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An appeal powered by steam

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A collection of essays by film critics ponders the erotic allure of certain movies.

December 09, 2005|Matt Eagan | Hartford Courant

The most suggestive bit of cinema ever might be Marlene Dietrich, dressed in a tuxedo, singing in that sweltering African cafe, pausing to kiss a woman full on the lips before tossing a flower to a stunned Gary Cooper.

But all these years later, with Jennifer Garner and Eva Longoria appearing on network television in one scanty outfit after another, does that image from "Morocco," now 75 years old, retain its elemental power?

"All I can tell you is that my students see 'Morocco' and 'It Happened One Night' all the time, and they find these films to be very moving sexually, very erotic, as did audiences at the time," says Jeanine Basinger, chairwoman of the film studies department at Wesleyan University in Middletown, Conn.

"It's about being able to put images on the screen that make you feel something. Film is about response. And sex is about response. Film can connect to an audience's sexual feelings by manipulating them through the tools of cinema."

"Morocco" and "It Happened One Night" are two films that managed this trick.

They are among 80 movies included in a new collection of essays, "The X List: The National Society of Film Critics' Guide to the Movies That Turn Us On."

The movies on the X List are, with a couple of exceptions, not pornography. Nor are they all masterpieces. Many would not even be considered good rentals, but when taken together, they at least attempt to define what does turn us on rather than what should not. And the critics' essays remind us that what we consider erotic remains intensely personal.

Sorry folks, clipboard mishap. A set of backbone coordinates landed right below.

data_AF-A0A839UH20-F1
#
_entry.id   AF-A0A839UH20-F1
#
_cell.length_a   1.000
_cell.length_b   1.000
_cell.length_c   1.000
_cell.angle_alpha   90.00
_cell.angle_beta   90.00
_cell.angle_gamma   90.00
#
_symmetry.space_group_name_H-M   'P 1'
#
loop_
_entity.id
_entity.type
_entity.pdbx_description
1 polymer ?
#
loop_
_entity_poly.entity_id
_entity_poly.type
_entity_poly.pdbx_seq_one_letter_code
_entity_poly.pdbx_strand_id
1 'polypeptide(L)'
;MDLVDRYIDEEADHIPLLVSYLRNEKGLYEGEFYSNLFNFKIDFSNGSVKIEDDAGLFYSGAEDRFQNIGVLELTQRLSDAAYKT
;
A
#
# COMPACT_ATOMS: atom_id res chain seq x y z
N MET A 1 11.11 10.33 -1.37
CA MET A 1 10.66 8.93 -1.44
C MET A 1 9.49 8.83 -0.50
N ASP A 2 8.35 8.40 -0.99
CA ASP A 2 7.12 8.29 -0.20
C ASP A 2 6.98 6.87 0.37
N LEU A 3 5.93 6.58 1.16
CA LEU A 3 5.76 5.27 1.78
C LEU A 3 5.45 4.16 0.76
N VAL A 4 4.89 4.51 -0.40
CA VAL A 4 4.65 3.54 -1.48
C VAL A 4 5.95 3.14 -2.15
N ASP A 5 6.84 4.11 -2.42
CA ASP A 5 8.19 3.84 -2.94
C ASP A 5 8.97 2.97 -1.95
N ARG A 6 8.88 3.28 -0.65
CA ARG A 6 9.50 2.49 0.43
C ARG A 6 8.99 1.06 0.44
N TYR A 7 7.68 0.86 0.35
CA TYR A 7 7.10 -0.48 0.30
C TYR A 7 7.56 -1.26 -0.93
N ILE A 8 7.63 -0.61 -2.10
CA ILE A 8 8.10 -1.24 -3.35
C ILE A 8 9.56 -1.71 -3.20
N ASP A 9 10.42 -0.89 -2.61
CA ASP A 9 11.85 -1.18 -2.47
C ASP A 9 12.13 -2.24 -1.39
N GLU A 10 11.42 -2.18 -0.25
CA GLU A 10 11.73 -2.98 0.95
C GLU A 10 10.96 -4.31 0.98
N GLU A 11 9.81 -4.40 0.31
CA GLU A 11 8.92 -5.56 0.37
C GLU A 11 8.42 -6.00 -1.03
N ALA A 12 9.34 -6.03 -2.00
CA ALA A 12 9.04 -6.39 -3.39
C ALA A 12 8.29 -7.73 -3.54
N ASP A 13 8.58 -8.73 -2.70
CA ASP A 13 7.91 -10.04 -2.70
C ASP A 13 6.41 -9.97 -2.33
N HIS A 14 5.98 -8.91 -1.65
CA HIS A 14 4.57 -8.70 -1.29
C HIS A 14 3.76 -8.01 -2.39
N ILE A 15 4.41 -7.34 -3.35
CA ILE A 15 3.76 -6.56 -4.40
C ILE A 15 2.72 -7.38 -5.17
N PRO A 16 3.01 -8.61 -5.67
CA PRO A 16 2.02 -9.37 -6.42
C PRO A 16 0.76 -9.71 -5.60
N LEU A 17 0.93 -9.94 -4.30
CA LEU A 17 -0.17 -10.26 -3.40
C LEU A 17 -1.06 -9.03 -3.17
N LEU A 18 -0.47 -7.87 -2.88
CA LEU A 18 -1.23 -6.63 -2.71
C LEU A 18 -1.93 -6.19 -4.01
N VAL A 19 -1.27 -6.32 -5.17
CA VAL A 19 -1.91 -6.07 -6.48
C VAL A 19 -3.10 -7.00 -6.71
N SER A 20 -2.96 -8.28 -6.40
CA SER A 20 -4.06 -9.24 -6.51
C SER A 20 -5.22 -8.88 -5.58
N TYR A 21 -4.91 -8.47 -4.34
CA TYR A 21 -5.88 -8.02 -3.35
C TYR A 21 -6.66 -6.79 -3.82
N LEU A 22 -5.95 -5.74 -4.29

Consider the 1981 potboiler "Body Heat," written and directed by Lawrence Kasdan.

Roger Ebert includes it in his list of "Great Movies," and Peter Travers, who wrote the essay in "The X List," clearly agrees.

But seminal critic Pauline Kael dismissed it, citing its "insinuating, hotted-up dialogue that it would be fun to hoot at if only the hushed, sleepwalking manner of the film didn't make you cringe or yawn."

For Kael, the idea that anyone would go that nutty for Kathleen Turner's character is mystifying and the film, therefore, ridiculous.

Travers and Ebert disagree because, one assumes, they could easily see themselves tossing a chair through a window to engage in heated acts with Turner.

For them, the modern noir dialogue and stylized settings are part of an atmosphere, not something to be dissected.

Matched against Kelly Carlson's hyper-sexualized turn on TV's "Nip/Tuck," the coy flirtation between Claudette Colbert and Clark Gable in "It Happened One Night" seems remarkably tame.

It was not in its time.

When Gable removed his shirt to reveal that he was not wearing an undershirt, it was a shock to audiences in 1934 -- as much or more than anything in "Basic Instinct" was in 1992.

The famous hitchhiking scene in which Colbert scores a ride by showing off her legs has been stolen by everyone from "Dawson's Creek" to Aerosmith. So has the scene where Gable strings a bedsheet across their motel room to protect Colbert's modesty.

But it was not those scenes that caused Kevin Thomas of the Los Angeles Times to include the film on his list. He selected "It Happened One Night" because it "celebrates an era and style of intimacy that no longer exists." He says its erotic center is the way the couple listen to each other, something modern audiences might not appreciate.

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